The major difference that separates the former army from the current one is the element of fear. Saddam had ruled the former army by fear. It is said that there was a unit dubbed “the execution battalion” in the rear of the battlefield awaiting deserters. Senior officers who failed against the Iranians were summarily executed. Moreover, the former army was drafted where everyone had to serve including college graduates who enjoyed an increased level of education, professionalism and personal responsibility compared with the current army ranks. Draft military service has been inactive since 2003.

Like the former army, the current army is suffering from exhaustion. Saddam had dragged the army back then into three wars and by the time the U.S. forces approached Baghdad in 2003, there was little resistance. A similar scenario was re-enacted in Mosul. This army has been fighting Al-Qaida in Iraq AQI, rebranded as ISIS, for almost ten years now, it is a weary army.

Interviews of soldiers fleeing Mosul, accounts of eyewitnesses that circulated in the social media, and talking to people from inside Iraq, suggest that ISIS managed to overcome thousands of Iraqi security forces stationed inside and on the outskirt of Mosul by launching a carefully orchestrated strategic psychological war never before seen by Iraqis, whether army or civilians. While Saddam had always kept a tight control on the media and flow of information which restricted Iraqis to one government-owned channel, social media platforms, countless satellite channels and the accessibility of smartphones enabled an information flow and reinforced spreading ISIS’s propaganda, which claims “great victories” and the gruesome execution of its “enemies.” As an example of the wide use of smartphones among soldiers, some local sources said Iraqi soldiers often received their orders via text messages not the usual classified means of communication. ISIS capitalized on this and released multiple videos of beheadings, military parades, and boatful predictions and rumors of captured and executed Iraqi army leaders. This contributed to the collapsing morale of both army and civilians as well, pushed the Iraqi government, belatedly, to block all social media outlets in an attempt to hinder ISIS’s psychological war propaganda.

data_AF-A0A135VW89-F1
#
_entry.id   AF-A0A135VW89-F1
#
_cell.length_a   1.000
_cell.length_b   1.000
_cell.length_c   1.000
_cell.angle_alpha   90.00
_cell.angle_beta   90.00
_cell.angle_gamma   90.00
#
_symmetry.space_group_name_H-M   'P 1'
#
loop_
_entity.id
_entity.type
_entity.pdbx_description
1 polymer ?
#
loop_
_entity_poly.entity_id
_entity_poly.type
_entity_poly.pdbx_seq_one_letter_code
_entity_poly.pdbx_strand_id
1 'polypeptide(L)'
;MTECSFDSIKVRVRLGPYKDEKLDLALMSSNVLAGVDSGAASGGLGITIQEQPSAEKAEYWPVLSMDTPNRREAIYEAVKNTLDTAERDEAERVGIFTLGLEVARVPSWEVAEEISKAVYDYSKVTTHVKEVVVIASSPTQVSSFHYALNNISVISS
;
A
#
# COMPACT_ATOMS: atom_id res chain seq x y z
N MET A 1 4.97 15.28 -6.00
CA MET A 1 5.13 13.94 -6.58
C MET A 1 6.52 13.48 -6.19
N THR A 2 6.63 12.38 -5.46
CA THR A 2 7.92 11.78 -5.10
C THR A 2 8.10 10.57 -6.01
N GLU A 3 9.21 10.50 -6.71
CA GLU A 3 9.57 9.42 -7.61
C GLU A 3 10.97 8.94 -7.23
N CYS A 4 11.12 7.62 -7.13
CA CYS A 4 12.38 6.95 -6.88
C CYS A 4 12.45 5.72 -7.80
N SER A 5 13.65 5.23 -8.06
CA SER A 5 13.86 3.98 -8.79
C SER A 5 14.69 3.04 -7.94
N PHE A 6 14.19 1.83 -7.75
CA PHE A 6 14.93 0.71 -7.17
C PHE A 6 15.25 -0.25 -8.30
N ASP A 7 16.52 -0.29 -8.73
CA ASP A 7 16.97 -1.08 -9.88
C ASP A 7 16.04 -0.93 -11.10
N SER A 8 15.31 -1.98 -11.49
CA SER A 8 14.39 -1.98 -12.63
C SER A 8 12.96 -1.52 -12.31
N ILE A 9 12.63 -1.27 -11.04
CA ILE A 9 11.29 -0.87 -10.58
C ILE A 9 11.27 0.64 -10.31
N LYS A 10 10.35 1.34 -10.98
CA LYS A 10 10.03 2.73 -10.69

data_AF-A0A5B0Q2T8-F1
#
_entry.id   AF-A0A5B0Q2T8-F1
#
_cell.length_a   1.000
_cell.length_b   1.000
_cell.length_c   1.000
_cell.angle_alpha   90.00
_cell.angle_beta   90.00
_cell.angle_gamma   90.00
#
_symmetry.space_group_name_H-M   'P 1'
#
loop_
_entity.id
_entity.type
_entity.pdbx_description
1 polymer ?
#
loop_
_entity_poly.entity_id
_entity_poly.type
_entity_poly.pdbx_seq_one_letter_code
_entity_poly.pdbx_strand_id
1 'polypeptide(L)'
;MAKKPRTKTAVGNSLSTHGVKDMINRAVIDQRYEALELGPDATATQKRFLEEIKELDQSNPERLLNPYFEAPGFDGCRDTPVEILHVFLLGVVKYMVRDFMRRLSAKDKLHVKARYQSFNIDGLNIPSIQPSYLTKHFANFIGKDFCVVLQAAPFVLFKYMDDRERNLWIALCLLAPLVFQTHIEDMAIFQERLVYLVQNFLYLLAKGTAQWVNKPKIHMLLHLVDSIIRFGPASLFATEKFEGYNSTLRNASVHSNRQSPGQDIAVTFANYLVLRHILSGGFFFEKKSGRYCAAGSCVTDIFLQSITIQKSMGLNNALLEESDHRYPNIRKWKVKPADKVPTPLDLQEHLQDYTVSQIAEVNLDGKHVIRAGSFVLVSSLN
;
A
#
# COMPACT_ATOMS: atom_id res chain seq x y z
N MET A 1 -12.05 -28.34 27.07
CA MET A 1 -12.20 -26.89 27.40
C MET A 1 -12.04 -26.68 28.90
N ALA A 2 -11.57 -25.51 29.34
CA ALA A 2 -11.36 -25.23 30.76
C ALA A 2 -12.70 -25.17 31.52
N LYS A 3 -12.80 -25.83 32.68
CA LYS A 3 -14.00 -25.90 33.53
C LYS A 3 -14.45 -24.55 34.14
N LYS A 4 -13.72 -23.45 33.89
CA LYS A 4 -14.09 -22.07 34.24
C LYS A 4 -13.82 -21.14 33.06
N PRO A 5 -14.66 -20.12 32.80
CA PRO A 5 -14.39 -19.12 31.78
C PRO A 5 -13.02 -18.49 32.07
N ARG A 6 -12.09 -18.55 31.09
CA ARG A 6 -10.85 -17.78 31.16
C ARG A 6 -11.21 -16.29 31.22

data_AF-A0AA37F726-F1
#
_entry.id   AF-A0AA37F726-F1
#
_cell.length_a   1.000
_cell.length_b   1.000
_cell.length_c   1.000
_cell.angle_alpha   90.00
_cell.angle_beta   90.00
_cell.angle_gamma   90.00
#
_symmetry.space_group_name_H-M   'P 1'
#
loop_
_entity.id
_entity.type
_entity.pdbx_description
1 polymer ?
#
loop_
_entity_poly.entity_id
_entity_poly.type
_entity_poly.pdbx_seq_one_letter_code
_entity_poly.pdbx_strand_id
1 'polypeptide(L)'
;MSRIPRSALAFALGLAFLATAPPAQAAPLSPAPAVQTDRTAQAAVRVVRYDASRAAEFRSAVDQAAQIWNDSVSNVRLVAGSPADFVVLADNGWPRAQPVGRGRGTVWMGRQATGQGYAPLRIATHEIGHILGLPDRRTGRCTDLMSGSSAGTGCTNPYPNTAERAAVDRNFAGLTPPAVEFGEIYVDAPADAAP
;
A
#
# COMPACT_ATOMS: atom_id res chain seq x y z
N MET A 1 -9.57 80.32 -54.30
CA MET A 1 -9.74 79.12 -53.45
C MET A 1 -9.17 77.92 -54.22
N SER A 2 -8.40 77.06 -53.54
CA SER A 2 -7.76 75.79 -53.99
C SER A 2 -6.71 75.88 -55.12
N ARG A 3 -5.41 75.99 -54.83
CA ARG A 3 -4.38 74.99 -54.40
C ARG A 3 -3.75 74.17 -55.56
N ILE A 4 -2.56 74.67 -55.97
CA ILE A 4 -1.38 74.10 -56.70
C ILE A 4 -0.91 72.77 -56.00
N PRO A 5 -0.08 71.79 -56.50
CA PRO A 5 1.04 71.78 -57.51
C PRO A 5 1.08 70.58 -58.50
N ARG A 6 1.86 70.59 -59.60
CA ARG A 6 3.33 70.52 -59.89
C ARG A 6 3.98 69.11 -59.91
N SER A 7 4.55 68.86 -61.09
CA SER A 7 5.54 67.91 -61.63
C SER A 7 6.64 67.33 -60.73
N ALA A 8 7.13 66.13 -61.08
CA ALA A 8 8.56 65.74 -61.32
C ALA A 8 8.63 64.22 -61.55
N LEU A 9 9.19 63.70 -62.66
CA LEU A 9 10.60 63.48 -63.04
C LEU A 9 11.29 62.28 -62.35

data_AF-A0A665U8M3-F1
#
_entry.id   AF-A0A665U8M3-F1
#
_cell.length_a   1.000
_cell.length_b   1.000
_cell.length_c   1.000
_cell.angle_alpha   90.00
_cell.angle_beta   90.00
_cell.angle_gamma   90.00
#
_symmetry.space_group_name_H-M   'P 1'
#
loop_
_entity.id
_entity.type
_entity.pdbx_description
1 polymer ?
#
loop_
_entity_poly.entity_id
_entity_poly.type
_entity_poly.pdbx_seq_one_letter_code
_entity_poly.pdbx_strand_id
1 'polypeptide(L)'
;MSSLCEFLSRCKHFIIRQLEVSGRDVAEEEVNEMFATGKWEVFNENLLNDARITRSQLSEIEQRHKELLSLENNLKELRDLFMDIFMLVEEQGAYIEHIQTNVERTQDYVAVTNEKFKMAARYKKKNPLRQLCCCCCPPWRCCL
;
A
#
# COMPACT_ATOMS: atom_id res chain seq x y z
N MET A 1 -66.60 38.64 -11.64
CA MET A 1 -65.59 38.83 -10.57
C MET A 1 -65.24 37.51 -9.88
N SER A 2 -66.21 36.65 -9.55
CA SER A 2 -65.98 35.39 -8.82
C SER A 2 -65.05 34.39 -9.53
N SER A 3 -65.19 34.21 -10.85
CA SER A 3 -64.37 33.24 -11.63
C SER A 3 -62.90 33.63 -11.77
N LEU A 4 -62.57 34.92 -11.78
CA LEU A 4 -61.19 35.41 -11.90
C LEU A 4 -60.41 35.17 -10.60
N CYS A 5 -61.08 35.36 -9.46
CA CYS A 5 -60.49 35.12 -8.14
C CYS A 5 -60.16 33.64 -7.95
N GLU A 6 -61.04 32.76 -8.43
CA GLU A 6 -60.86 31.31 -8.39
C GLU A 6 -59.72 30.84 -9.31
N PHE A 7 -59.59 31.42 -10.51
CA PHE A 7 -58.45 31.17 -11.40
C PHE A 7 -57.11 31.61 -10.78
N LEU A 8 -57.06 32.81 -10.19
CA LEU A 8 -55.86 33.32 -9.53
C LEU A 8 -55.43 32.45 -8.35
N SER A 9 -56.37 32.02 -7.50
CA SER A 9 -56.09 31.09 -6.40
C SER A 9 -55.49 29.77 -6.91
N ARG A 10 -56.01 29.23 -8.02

Though ISIS is no more than a couple of thousands teamed up with local insurgents, Ba’athists and members of former Iraqi army and intelligence, their propaganda were far reaching. Iraqis are just now realizing the breadth and impact of a well carried out psychological war that has in turn cost hundreds of lives.

Editor’s note: The views expressed in this article are those of the author and do not necessarily represent the views of, and should not be attributed to, the Center for Operational Culture Learning or the United States Marine Corps. This piece was created at the CAOCL. The center is located on Marine Corps Base Quantico and provides regional, culture and language training programs for Marines of all ranks. For information about CAOCL, visit https://www.tecom.usmc.mil/caocl/SitePages/Home.aspx.